The European energy crisis is escalating rapidly and with natural gas supplies in short supply, Europe is relying heavily on liquified natural gas (LNG) to meet its needs.
Russia usually supplies around 40 per cent of Europe’s natural gas, used to heat homes and generate electricity. After the country’s invasion of Ukraine, the EU is now looking to cut its reliance on Russian fossil fuels by two thirds by 2023.
With the EU slashing these imports, LNG from the US and other countries around the world is being brought in to fill the short term gap.
So what is this fossil fuel and is it really a solution to meeting Europe’s energy needs?
What is liquified natural gas?
Europe relies heavily on natural gas for its energy, but many people and businesses are too far away from gas fields for pipelines to be practical or cost-effective. Or, as is the case in Europe right now, those sources closer to home can’t be used.
To get around this problem, gas is cooled to -162ºC to turn it into a liquid that can be more easily stored and shipped overseas. It shrinks the volume of the gas making it around 600 times smaller and, in its liquid state, LNG won’t ignite.
This liquified gas can be transported longer distances, shipped by sea in tankers. Once it reaches its destination, it is turned back into a gas then piped to homes, businesses or industries to be burnt for energy and heat.
In the absence of its usual natural gas supply, Europe has been looking to import LNG from the US, Algeria and Qatar. The US, in particular, has stepped up its exports with the number of US ships carrying this fuel to Europe and Turkey reaching a record high in the first two months of 2022.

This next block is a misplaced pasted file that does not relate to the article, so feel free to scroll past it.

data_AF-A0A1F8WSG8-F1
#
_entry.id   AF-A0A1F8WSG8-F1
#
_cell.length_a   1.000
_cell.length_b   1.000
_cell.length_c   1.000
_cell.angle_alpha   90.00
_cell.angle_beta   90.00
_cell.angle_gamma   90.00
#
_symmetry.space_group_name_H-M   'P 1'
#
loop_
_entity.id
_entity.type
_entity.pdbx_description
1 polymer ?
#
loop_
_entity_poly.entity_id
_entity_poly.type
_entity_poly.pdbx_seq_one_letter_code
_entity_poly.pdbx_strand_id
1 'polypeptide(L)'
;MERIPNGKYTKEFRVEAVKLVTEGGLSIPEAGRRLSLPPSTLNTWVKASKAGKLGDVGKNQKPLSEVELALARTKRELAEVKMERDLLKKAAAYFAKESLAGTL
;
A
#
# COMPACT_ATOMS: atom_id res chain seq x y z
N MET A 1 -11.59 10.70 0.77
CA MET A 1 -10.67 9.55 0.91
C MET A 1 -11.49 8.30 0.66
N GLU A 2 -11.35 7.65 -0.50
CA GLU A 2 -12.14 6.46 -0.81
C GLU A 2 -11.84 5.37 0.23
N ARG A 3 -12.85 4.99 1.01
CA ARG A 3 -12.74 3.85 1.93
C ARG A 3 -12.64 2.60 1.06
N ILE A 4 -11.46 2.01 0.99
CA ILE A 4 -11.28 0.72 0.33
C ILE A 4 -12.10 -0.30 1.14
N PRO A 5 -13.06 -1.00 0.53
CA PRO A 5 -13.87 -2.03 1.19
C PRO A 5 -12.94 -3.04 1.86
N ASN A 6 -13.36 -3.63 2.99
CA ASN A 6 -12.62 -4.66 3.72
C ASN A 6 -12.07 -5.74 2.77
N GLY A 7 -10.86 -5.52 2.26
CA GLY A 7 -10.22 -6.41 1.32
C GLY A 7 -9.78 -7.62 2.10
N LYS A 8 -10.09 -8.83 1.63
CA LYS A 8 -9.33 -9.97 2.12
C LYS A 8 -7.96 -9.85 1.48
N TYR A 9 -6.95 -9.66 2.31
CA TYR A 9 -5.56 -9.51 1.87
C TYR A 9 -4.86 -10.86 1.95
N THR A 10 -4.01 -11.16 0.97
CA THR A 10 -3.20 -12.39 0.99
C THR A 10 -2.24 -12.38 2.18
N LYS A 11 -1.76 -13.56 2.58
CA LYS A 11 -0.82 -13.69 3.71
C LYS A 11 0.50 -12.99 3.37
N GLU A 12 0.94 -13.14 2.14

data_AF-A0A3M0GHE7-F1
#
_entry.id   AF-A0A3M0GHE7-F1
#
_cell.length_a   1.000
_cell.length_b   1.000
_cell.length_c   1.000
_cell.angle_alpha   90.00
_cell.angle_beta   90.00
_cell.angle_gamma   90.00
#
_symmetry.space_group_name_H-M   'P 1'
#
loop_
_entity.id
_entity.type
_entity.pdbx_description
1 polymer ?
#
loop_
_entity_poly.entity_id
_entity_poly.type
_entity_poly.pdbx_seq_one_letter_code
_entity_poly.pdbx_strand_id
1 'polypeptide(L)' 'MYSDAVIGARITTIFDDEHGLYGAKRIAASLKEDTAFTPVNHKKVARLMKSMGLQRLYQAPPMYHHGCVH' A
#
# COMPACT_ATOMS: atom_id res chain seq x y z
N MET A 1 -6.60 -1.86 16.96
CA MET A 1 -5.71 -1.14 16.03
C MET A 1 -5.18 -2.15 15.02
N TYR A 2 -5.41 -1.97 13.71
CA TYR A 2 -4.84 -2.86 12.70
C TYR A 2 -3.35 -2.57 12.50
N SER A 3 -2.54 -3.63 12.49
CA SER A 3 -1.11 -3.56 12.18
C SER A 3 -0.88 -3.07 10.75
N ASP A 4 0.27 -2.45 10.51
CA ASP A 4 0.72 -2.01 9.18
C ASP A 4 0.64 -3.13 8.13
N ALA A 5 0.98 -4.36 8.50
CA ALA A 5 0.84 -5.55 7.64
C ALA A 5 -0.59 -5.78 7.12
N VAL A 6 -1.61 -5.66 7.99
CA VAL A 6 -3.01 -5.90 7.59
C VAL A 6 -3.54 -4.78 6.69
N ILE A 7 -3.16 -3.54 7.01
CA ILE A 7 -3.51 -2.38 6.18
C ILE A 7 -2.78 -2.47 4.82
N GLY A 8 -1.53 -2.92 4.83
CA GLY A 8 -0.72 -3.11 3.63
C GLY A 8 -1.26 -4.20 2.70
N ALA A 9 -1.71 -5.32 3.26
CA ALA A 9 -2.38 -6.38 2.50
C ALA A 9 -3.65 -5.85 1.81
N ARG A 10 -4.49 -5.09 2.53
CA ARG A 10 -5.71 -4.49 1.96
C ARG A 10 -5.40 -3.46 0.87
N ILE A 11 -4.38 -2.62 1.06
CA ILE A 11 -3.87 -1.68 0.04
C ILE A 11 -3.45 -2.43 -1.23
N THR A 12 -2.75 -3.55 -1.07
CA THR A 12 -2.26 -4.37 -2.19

Is LNG a good alternative to Russian fossil fuels?
LNG may burn the cleanest of all fossil fuels with much lower carbon emissions than coal or oil but extracting and transporting it leads to methane leakage. Methane is the second biggest cause of climate change after carbon emissions.
The US has in the past claimed that its fuel has less of an impact on the climate than Russian gas sent to Europe through leaky pipelines - but there is little evidence comparing the two.
The Biden administration is also reportedly reluctant to increase its exports to Europe because of concerns about the impact on climate change. Some White House officials have argued that it goes against efforts to wean the US off of fossil fuels.
Experts have said that the world’s largest exporters of LNG are already producing as much as they can. They believe there might not be enough of this fuel to meet all of Europe’s energy needs with the US already trying to buy non-Russian natural gas to keep up with demand.